I also talked with my sister who told me about a divorced friend of hers who insists that she cannot possibly date with children. This made more sense that the stuck-in-my-grief theory. Time is so limited. My son had a massive blowout the other night trying to convince me that Arron wasn’t really dead, just lost. He is desperate to have his daddy back. And he was only 2 when Arron died and has no memory of him. He is horrified by the idea of my dating, I suspect because if I date, then the possibly of daddy coming back will be extinguished. So yea, dating with grieving kids is hairy.

My essay about another man I dated a few years ago, continues to languish, because I haven’t figured out the point of the essay. Holding out for real love, stuck in grief, dating with kids, and ignoring intuition are all possible conclusions. With this other guy I convinced myself that he was something he was not. I ignored my intuition in lieu of my loneliness, and the whole thing ended badly. Two years later I am still recovering, but determined not to ignore my intuition again. It has lost me a friend (for now anyway), but it is not something I will compromise again.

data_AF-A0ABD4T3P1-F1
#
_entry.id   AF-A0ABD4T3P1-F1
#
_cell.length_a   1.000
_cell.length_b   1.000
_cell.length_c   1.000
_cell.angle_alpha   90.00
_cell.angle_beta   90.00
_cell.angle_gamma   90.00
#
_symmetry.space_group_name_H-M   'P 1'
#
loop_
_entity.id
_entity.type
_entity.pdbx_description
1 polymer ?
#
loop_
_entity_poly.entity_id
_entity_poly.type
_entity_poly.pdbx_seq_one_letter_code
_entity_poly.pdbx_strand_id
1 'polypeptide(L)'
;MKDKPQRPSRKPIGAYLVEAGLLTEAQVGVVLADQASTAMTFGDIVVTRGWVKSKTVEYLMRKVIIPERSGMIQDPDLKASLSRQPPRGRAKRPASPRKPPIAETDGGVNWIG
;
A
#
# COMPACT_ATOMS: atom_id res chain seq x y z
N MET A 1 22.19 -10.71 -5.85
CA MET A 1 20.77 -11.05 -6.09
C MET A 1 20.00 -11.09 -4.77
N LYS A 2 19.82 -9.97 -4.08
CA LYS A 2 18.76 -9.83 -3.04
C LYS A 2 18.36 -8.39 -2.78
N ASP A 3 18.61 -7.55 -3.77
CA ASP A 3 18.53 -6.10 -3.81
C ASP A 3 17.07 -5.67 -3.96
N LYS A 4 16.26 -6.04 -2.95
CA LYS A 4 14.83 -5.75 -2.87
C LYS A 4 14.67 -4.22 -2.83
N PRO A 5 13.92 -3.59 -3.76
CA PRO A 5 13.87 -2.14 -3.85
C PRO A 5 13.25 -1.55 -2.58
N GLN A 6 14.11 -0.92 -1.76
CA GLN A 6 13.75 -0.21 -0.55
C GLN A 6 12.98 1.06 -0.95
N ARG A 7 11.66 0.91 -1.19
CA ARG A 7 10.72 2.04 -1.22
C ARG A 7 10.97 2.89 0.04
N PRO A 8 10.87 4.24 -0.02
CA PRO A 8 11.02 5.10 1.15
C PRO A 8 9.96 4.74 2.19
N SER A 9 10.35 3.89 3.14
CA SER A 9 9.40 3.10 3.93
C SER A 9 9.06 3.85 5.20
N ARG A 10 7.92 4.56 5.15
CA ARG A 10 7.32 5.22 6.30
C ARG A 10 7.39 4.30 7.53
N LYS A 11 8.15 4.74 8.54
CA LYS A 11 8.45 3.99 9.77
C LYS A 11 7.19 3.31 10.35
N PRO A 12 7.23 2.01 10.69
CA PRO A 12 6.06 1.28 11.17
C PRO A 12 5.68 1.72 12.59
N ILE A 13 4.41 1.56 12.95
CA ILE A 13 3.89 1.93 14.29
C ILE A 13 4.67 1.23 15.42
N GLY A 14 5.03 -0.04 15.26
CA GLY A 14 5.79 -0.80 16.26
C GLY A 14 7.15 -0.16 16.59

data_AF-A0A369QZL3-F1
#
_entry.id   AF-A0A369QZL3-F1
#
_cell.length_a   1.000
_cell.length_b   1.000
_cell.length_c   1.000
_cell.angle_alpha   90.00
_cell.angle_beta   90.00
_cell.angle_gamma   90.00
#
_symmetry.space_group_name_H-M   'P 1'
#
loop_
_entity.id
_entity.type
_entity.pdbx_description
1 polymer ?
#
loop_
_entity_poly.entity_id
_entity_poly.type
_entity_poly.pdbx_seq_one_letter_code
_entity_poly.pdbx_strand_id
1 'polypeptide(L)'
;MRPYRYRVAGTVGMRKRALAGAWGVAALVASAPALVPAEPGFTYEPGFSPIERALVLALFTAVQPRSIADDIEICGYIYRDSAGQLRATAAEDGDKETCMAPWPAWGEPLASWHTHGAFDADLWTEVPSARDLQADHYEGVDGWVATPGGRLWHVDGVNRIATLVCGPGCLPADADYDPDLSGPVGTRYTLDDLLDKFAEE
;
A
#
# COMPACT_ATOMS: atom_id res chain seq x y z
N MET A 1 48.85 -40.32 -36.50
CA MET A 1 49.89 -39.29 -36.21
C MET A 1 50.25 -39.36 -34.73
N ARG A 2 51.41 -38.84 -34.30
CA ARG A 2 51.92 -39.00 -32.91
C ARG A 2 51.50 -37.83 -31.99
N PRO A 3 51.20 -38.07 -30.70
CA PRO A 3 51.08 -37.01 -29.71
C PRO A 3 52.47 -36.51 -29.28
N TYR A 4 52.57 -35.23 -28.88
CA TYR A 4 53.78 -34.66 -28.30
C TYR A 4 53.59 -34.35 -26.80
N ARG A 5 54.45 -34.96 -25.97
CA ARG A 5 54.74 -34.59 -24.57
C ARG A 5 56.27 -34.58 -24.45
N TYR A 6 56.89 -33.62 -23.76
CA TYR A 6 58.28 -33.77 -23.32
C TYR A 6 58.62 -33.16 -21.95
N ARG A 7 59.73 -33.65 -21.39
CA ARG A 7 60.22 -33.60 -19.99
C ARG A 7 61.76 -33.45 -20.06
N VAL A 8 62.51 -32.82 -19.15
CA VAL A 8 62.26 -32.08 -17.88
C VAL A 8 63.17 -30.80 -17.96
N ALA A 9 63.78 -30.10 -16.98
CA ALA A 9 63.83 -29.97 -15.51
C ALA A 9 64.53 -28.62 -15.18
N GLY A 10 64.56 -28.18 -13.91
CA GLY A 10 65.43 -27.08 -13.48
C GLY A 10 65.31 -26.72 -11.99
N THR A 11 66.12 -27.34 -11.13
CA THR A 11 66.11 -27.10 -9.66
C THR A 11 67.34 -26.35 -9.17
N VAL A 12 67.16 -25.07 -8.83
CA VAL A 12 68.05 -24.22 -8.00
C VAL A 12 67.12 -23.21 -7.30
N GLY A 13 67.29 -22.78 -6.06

My intuition tells me that for now, breakfast in bed and a bike ride around the park are what comprise the perfect Cupid Day.

(Visited 59 times, 1 visits today)


  1. anniegirl1138 February 15, 2009 at 6:52 pm

    I do think some people allow themselves to get stuck, but the main reason, in my opinion, that a person remains single is that the right fit, as you put it, hasn’t come along.

    I envy people who never had single gaps in their adult lives. The ones who find someone early and live that mythic happy ever after. Most of us though have periods on our own. We marry later or we find ourselves alone in middle age for whatever reason and the singleness lasts because that right fit hasn’t found us yet. And sometimes even, singleness reveals itself as the right fit.

    When it’s right, you will likely see it even through the initial dazzle and lust and nothing will keep you from it – not job or location or children – nothing. Anything that’s not perfect will simply become a detail that needs to be worked out.